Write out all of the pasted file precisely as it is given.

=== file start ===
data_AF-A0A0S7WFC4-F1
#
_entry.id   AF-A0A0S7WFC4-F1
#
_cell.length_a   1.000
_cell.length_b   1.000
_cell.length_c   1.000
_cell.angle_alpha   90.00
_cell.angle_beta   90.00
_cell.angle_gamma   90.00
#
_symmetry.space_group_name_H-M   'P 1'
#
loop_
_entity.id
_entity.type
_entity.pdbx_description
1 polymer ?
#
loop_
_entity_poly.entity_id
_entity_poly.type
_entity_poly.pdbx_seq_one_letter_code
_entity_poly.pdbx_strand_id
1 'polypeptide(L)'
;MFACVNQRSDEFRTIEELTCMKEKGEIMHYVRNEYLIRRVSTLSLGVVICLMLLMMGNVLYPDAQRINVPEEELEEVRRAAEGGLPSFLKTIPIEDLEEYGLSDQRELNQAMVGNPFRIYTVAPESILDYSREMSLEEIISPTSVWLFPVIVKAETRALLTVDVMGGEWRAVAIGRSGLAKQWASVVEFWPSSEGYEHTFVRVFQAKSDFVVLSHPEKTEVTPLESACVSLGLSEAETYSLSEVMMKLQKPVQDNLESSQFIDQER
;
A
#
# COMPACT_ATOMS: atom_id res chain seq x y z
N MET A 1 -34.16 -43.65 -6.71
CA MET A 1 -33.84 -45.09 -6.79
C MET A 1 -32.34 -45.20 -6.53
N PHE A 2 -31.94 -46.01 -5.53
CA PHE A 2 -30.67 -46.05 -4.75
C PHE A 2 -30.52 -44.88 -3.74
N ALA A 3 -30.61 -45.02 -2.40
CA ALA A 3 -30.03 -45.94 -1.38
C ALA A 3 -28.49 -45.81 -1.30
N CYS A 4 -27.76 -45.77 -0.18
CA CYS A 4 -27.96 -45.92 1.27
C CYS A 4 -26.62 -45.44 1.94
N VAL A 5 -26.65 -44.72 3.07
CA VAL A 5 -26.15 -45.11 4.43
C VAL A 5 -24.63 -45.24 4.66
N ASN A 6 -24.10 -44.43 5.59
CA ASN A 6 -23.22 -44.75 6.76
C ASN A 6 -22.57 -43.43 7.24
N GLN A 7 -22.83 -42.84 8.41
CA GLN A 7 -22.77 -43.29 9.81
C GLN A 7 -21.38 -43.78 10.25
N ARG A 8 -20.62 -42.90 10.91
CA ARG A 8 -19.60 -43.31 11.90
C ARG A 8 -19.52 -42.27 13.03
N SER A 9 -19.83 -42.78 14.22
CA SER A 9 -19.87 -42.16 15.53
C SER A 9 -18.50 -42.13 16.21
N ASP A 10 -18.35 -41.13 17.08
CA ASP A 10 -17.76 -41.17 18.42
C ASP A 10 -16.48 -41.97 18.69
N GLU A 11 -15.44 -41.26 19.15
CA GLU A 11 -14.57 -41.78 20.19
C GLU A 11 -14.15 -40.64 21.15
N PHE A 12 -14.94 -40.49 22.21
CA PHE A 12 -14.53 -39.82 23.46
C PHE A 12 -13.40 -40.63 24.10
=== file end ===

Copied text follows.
data_AF-A0A0S7WFC4-F1
#
_entry.id   AF-A0A0S7WFC4-F1
#
_cell.length_a   1.000
_cell.length_b   1.000
_cell.length_c   1.000
_cell.angle_alpha   90.00
_cell.angle_beta   90.00
_cell.angle_gamma   90.00
#
_symmetry.space_group_name_H-M   'P 1'
#
loop_
_entity.id
_entity.type
_entity.pdbx_description
1 polymer ?
#
loop_
_entity_poly.entity_id
_entity_poly.type
_entity_poly.pdbx_seq_one_letter_code
_entity_poly.pdbx_strand_id
1 'polypeptide(L)'
;MFACVNQRSDEFRTIEELTCMKEKGEIMHYVRNEYLIRRVSTLSLGVVICLMLLMMGNVLYPDAQRINVPEEELEEVRRAAEGGLPSFLKTIPIEDLEEYGLSDQRELNQAMVGNPFRIYTVAPESILDYSREMSLEEIISPTSVWLFPVIVKAETRALLTVDVMGGEWRAVAIGRSGLAKQWASVVEFWPSSEGYEHTFVRVFQAKSDFVVLSHPEKTEVTPLESACVSLGLSEAETYSLSEVMMKLQKPVQDNLESSQFIDQER
;
A
#
# COMPACT_ATOMS: atom_id res chain seq x y z
N MET A 1 -34.16 -43.65 -6.71
CA MET A 1 -33.84 -45.09 -6.79
C MET A 1 -32.34 -45.20 -6.53
N PHE A 2 -31.94 -46.01 -5.53
CA PHE A 2 -30.67 -46.05 -4.75
C PHE A 2 -30.52 -44.88 -3.74
N ALA A 3 -30.61 -45.02 -2.40
CA ALA A 3 -30.03 -45.94 -1.38
C ALA A 3 -28.49 -45.81 -1.30
N CYS A 4 -27.76 -45.77 -0.18
CA CYS A 4 -27.96 -45.92 1.27
C CYS A 4 -26.62 -45.44 1.94
N VAL A 5 -26.65 -44.72 3.07
CA VAL A 5 -26.15 -45.11 4.43
C VAL A 5 -24.63 -45.24 4.66
N ASN A 6 -24.10 -44.43 5.59
CA ASN A 6 -23.22 -44.75 6.76
C ASN A 6 -22.57 -43.43 7.24
N GLN A 7 -22.83 -42.84 8.41
CA GLN A 7 -22.77 -43.29 9.81
C GLN A 7 -21.38 -43.78 10.25
N ARG A 8 -20.62 -42.90 10.91
CA ARG A 8 -19.60 -43.31 11.90
C ARG A 8 -19.52 -42.27 13.03
N SER A 9 -19.83 -42.78 14.22
CA SER A 9 -19.87 -42.16 15.53
C SER A 9 -18.50 -42.13 16.21
N ASP A 10 -18.35 -41.13 17.08
CA ASP A 10 -17.76 -41.17 18.42
C ASP A 10 -16.48 -41.97 18.69
N GLU A 11 -15.44 -41.26 19.15
CA GLU A 11 -14.57 -41.78 20.19
C GLU A 11 -14.15 -40.64 21.15
N PHE A 12 -14.94 -40.49 22.21
CA PHE A 12 -14.53 -39.82 23.46
C PHE A 12 -13.40 -40.63 24.10